DOWNY MILDEW OF ARABIDOPSIS THALIANA: ANALYSIS OF RESISTANCE RESPONSES OF THE ECOTYPE WS TO THE WELA ISOLATE OF PERONOSPORA PARASITICA
C KRUSE, HG EIBEN and AJ SLUSARENKO
RWTH Aachen, Institut fuer Biologie III (Pflanzenphysiologie), 52056 Aachen, Germany
Background and objectives
Peronospora parasitica causes downy mildew on Arabidopsis thaliana. The WELA isolate of P. parasitica used in this work is virulent on the Arabidopsis ecotypes La-er and Wei-0, but avirulent on Col-0, RLD and Ws. A population of T-DNA tagged lines of Ws was screened to find mutants to susceptibility. One such mutant, called mutant D, was found which had lost resistance to the WELA isolate of P. parasitica but was still resistant to the NOCO isolate. The right border of the T-DNA with an associated fragment of plant DNA was cloned by plasmid rescue and used to isolate the wild-type locus from an l-DASHTM Ws genomic library. The ca15-kb genomic wild-type locus was transformed into the mutant and into two susceptible ecotypes (La-er and Wei-0). Seed from the primary transformants was sown out and inoculated with WELA, and the segregating T1 plants showed individuals with resistant phenotypes . Resistance phenotypes ranged from a clear HR to arrested pathogen growth at various stages with very little associated necrosis. Sequencing of the ca 3.3-kb locus in which the T-DNA insertion was located revealed that the tagged gene was not a classical RPP locus  but that it showed ca 50% identity to an IAA-leucine amidohydrolase gene ILR1 already cloned from Arabidopsis . Plants transformed with a genomic clone containing a truncated version of the wt locus tagged by the T-DNA in mutant D showed no such resistant individuals. Homozygous transformed lines of the complemented mutant and the ecotypes Wei-0 and La-er have been selected and characterized microscopically for their resistance phenotypes to the WELA isolate of P. parasitica.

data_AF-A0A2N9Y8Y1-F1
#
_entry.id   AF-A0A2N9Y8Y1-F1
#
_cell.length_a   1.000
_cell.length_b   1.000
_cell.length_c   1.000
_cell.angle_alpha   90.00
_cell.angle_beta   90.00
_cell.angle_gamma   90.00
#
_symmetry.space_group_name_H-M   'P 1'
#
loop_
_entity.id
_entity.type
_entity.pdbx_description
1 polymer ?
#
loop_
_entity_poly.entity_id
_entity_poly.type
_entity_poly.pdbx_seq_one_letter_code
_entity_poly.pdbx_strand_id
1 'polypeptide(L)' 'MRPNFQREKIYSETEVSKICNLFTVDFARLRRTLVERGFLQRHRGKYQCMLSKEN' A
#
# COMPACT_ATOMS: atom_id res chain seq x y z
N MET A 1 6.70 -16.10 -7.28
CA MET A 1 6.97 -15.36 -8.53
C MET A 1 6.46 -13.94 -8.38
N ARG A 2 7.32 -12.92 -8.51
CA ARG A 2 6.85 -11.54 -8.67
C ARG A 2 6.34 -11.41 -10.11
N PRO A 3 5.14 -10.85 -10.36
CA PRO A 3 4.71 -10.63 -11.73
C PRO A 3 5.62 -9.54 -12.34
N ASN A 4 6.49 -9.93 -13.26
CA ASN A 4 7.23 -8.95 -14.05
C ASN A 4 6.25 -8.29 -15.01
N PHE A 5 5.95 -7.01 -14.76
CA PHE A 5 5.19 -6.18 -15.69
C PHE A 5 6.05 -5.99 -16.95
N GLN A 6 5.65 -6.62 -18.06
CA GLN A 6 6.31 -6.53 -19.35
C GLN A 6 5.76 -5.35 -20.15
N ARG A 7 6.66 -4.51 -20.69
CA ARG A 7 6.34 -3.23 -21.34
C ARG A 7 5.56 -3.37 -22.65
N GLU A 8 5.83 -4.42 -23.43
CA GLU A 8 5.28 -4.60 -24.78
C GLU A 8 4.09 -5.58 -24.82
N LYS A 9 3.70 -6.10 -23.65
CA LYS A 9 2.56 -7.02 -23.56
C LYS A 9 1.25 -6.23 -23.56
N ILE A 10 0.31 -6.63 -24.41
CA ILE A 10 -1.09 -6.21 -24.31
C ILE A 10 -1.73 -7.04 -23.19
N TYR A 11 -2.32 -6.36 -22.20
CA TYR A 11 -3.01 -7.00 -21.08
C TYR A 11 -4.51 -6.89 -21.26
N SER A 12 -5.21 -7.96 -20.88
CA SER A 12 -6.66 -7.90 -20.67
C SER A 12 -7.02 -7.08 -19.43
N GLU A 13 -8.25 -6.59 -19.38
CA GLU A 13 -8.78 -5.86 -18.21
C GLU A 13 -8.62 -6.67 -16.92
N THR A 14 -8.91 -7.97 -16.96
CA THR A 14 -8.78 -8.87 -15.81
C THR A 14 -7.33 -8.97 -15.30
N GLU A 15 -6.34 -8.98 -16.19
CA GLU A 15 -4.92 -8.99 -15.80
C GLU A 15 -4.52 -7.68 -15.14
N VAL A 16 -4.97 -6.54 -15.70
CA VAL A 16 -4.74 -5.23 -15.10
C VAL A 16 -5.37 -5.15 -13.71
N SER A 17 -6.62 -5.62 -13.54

Results and conclusions
Shorter transformation constructs were prepared from the original 15-kb clone and used to transform Arabidopsis ecotypes and tobacco to see if resistance to downy mildew can be engineered into other crops. We have called the tagged gene GR1. Results of a comparison of the behaviour of mutant D and ilr1 on medium containing different IAA-amino acid conjugates will be presented, along with a comparison of the response of the two mutants to infection with WELA. Data concerning the effects of wounding and jasmonic acid on the expressoin of GR1 will also be presented.
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